While stock markets continue to gyrate amidst domestic and world uncertainty, the dollar’s fall has become an even more pressing issue. Rate hikes initiated in 2004 didn’t arrest its downdraft, just as rate cuts of more recent vintage have occurred alongside further dollar weakness.
Much of the recent talk about the need to prop up the dollar has centered on the money supply and the Federal Reserve’s interest-rate lever. But very little has been said about the demand side of the money equation, whereby we get the principle: The more credible the currency regime, the greater the demand for the money issued.
The U.S. learned this lesson the hard way in the aftermath of President Nixon’s decision to close the gold window in August 1971. When currencies around the world fell in response to Nixon’s move, a system of fixed exchange rates was quickly put together. Unfortunately, the dollar’s new position wasn’t taken seriously by the markets, resulting in a substantial flight away from dollars and into the more credible currencies offered by Japan and Germany. The era of floating currencies had begun.
By 1975 floating currencies had created short-term trade advantages at the expense of long-term economic health for the devaluing countries, with the U.S. a frequent miscreant when it came to using devaluation as an export tool. When Carter Treasury secretary Michael Blumenthal communicated his desire for a weaker dollar against the yen in 1977 — despite a Fed that was raising its funds rate in large chunks — the markets eagerly complied.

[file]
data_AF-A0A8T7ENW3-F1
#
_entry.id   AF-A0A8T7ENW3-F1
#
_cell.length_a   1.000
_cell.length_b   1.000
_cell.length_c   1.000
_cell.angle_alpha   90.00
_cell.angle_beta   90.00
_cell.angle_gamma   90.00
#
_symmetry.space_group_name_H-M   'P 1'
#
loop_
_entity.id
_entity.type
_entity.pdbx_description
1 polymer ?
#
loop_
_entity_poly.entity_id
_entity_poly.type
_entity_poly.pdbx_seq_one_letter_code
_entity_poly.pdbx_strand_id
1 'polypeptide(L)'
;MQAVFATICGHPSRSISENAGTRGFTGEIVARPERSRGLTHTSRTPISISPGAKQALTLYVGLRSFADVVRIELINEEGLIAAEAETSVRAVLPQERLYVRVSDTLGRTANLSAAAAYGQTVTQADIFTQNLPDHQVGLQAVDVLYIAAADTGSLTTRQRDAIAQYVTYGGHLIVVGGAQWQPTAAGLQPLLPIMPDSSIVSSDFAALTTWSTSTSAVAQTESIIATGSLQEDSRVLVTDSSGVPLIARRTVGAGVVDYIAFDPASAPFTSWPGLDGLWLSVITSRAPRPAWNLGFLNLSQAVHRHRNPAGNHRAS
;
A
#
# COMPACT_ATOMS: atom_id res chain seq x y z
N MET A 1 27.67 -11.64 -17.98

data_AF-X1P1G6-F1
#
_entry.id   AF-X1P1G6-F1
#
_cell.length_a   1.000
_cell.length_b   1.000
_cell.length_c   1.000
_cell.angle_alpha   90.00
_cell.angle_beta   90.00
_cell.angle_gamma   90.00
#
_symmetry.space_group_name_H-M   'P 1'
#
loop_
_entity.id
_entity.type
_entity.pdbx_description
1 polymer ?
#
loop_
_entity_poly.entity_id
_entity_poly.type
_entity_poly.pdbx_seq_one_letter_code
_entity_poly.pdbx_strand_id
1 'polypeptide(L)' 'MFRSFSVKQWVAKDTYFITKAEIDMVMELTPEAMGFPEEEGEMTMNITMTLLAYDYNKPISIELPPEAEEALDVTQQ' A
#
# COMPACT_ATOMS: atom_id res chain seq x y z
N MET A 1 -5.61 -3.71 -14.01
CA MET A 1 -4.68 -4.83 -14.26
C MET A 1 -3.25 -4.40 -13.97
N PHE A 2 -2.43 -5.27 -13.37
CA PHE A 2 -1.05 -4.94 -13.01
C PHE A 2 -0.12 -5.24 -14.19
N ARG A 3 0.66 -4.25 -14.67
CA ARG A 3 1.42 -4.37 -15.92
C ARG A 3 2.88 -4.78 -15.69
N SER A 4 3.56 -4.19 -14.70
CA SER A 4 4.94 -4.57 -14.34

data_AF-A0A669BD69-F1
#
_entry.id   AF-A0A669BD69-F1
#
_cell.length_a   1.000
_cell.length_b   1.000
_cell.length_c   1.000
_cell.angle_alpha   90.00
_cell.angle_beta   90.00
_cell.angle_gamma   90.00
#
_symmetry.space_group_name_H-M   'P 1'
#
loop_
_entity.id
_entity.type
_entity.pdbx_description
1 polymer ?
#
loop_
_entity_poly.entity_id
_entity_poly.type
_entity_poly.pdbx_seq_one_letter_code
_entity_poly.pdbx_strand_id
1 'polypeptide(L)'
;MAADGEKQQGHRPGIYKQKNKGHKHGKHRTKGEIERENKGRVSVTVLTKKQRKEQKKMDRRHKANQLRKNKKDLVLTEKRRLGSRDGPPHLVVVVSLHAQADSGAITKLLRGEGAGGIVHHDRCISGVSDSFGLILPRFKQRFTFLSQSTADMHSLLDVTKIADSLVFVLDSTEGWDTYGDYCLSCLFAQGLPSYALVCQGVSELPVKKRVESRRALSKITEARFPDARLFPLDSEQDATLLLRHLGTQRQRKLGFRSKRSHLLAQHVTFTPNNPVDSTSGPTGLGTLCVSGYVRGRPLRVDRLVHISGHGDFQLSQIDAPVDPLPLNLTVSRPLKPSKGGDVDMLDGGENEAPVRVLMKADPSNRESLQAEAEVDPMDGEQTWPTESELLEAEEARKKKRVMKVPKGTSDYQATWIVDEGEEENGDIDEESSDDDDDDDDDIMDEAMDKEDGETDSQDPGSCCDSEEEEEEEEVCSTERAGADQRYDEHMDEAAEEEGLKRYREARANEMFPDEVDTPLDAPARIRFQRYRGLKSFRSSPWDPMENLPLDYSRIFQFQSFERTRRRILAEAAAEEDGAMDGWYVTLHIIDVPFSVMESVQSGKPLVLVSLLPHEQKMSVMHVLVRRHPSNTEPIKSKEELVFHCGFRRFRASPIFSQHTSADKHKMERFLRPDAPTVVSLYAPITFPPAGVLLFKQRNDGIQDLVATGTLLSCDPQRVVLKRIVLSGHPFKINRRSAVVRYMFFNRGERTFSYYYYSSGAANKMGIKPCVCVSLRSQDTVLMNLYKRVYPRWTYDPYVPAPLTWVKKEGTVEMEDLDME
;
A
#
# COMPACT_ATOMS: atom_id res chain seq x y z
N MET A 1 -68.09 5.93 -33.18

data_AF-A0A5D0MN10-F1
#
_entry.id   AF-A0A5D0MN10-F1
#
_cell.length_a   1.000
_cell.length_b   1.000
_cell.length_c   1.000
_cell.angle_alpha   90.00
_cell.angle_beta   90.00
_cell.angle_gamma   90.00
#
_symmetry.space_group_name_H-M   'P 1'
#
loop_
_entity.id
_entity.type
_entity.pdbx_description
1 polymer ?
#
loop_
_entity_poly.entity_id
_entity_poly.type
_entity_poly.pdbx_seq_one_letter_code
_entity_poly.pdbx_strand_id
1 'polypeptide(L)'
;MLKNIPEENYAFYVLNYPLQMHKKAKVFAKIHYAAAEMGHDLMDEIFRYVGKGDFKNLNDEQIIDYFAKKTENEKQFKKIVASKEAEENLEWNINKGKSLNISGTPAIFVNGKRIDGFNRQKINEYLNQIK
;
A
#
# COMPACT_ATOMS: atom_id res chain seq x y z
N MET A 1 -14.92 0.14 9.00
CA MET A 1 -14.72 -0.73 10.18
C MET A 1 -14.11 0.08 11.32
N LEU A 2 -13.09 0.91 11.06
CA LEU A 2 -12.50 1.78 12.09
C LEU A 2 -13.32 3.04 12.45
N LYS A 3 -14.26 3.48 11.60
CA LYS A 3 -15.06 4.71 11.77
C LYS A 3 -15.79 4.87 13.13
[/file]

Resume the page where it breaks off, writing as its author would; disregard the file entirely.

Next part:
At the time, worried investors sought to move into the most credible currencies available. And with the U.S. not offering up a reliable dollar, other countries would fill the void. For instance, Switzerland’s monetary base grew only 1 percent in 1977. In 1978, however, after making clear its desire to maintain a strong, stable franc, the Swiss money base grew 19.7 percent. The dollar’s base grew 8.2 percent over the same timeframe, yet the U.S. experienced a 13 percent price inflation between 1979 and 1980 compared with Switzerland’s 4.5 percent rate.
Another seeming paradox emerges when comparing the direction of the dollar in the 1970s and 1980s. It is often said that the Fed’s expansion of the monetary base gave us the inflationary 1970s. But measured in supply terms, the story is much more nuanced. The monetary base did grow 111 percent in the 1970s, but the Fed oversaw nearly identical money growth of 109 percent in the 1980s, the decade in which inflation was tamed. The difference in the latter decade was that a president offered tax cuts and deregulation as a tonic for the growth that was meant to restore the value of the dollar.
And now back to 2007. Portfolio manager Stephen Shipman noted recently that the amount of high-powered money being created by the Fed is actually lower today than it was in May, a situation one would think would equate with a strong greenback. Yet despite this fact, the dollar almost daily tests new all-time lows with no end in sight. What to do? Though Treasury secretary Henry Paulson is on record saying markets should set the dollar’s value, this form of “benign neglect” seems a bit wanting given the dollar’s direction.
Faced with a falling pound in the 1980s, Margaret Thatcher’s Chancellor of the Exchequer Nigel Lawson communicated to the markets his desire for an exchange rate of one pound to three deutschemarks. The markets matched his desires almost instantaneously. While it’s unrealistic to assume Paulson will seek a direct currency link with the euro, a strongly worded communiqué from the secretary that makes plain his unhappiness with the dollar’s fall will at least give traders a story to support resumed dollar buying. It also could present a way out of what could be a painful inflationary episode.